ST. LOUIS, Mo. (CN) – A Tennesse lodge can pursue debt-collection efforts against a Red Hat Society member and her husband, who together threw an extravagant fling for the group at the hotel and skipped town without paying the $60,000 bill, the 8th Circuit ruled.
Larry Treadwell and his wife Carole, who is alternatively identified in the opinion as “Queen of the Red Hat Society’s Dixie Ladybugs Chapter,” formed Memory Travel in 2003, and two years later organized the Gatlinburg Spring Fling, a social event drawing more than 300 society members to the Glenstone Lodge in Gatlinburg, Tenn.
From the perspective of the lodge, the fling, which included, “a luau with hula dancers, a sock hop with band, a fashion show, an Elvis impersonator, cloggers, and ‘Jimmy Buffet style’ entertainment,” was initially judged a success, the opinion says.
The only issue the venue had during the weekend was the Treadwells themselves, who paid an initial deposit of $250 upon their arrival, but then dodged subsequent requests to pay the balance owed, even as the hotel provided them with room keys to distribute to the Red Hat guests as they arrived.
Based on accounts given in both civil and bankruptcy court, Carole Treadwell realized she had significantly undercharged the Redhatters for the event and that Memory Travel would be unable to pay for the fling.
Despite this, Treadwill still thought she had one out: covering the shortfall by encouraging Redhatters to prepay for future Memory Travel events. When that solution didn’t come to fruition, “the Treadwells left without checking out, leaving a note or notifying anyone of their departure and without settling the bill, which exceeded $60,000,” the opinion says.
The cat-and-mouse game continued for several more days, after which time Treadwell wired the lodge $15,000, and then sent a $20,000 check bearing what she ultimately admitted was a forgery of her husband’s signature.
When the lodge attempted to deposit the check, it learned that she had already stopped payment on it.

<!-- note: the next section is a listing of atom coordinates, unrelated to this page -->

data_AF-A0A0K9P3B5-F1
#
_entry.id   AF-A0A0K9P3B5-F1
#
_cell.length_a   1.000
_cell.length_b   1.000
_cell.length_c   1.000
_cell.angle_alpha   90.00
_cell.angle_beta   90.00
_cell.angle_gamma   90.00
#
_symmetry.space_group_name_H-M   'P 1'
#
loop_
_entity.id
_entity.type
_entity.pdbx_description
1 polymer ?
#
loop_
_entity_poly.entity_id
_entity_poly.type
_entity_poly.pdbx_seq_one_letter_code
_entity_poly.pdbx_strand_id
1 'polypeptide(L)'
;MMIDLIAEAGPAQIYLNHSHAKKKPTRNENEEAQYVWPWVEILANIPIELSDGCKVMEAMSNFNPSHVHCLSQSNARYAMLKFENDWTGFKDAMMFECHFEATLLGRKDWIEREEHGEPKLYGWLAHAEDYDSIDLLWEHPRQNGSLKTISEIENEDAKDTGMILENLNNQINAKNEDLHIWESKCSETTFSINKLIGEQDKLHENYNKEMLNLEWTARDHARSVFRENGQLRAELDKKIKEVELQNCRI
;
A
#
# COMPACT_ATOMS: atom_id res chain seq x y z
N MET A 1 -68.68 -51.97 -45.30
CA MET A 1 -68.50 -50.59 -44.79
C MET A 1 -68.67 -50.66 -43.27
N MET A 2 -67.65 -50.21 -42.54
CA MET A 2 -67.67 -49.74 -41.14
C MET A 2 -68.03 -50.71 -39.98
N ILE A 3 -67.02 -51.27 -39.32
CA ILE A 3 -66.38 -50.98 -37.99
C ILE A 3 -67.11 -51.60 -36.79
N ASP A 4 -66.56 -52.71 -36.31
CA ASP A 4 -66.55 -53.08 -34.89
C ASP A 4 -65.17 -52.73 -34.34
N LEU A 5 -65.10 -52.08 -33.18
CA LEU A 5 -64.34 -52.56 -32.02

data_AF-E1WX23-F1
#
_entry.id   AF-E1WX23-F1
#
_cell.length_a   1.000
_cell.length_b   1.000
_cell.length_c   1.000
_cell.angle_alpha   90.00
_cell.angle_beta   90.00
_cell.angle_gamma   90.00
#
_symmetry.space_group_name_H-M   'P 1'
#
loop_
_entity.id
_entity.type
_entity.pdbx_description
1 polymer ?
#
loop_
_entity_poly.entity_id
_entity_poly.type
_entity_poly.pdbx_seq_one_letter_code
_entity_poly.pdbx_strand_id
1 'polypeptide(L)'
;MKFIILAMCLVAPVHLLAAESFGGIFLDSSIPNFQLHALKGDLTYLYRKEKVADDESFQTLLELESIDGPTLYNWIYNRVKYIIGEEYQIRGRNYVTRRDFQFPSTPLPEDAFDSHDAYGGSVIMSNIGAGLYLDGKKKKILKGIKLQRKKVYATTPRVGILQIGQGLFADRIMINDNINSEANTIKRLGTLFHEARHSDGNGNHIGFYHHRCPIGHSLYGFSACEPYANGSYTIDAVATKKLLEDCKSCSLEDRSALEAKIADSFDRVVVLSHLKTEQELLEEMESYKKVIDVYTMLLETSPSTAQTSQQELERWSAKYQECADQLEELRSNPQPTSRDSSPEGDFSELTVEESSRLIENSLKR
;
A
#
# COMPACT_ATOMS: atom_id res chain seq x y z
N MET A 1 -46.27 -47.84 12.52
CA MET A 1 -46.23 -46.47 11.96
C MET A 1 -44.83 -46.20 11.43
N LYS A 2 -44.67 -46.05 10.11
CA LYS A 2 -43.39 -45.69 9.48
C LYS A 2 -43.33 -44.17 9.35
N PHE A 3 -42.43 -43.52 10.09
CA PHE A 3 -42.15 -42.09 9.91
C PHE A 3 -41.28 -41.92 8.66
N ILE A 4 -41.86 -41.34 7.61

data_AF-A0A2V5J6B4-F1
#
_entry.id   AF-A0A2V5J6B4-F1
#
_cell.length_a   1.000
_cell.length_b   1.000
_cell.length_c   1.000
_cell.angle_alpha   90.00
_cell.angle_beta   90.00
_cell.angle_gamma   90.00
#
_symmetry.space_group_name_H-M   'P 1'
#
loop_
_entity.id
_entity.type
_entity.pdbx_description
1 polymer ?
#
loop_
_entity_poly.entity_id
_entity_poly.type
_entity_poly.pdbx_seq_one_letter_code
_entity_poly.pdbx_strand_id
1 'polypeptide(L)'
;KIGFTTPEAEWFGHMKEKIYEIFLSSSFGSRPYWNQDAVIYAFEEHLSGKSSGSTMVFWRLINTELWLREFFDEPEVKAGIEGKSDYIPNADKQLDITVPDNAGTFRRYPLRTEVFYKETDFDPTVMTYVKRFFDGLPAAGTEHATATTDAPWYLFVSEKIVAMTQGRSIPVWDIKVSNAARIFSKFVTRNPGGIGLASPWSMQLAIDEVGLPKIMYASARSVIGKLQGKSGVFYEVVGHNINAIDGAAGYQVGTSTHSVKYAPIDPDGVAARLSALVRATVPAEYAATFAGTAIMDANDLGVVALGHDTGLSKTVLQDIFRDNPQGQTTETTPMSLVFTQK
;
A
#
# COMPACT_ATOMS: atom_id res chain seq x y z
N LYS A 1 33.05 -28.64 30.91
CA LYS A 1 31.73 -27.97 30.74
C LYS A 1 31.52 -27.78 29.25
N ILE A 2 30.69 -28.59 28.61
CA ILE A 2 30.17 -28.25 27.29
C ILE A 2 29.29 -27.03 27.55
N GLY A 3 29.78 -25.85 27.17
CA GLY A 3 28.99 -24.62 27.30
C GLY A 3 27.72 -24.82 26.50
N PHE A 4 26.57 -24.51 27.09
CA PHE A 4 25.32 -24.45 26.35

Glenstone won a $153,000 judgment against the Treadwells in Tennessee state court and filed a lien on their home in Branson, Mo. With foreclosure imminent, the Treadwells filed for Chapter 7 bankruptcy.
Glenstone argued in bankruptcy court that the debt was nondischargeable, but the court disagreed, noting that “Glenstone waived the contract’s prepayment provisions and opined Glenstone ‘had many opportunities to protect itself, but for whatever reason, it did not.'”
A bankruptcy appeals court later reinstated Carole Treadwell’s debt, but affirmed the discharge of debt for her husband, finding that the court could not impute Carole’s fraud to Larry.
But the federal appeals panel reversed the finding as to Larry on March 9.
Writing for the three-judge panel, Chief Judge William Riley said the bankruptcy appellate court did not sufficiently delve into the facts.
Riley held that the previous panel “should have instructed the bankruptcy court to decide in the first instance whether the Treadwells were partners and, if so, whether Larry knew or should have known of Carole’s fraud.”
“Although the Treadwells testified Larry was not a partner in Memory Travel and did not know about Carole’s fraud, a reasonable trier of fact may find the Treadwells’ self-serving testimony incredible and may draw the inference the Treadwells were dissembling to hide the truth,” Riley wrote.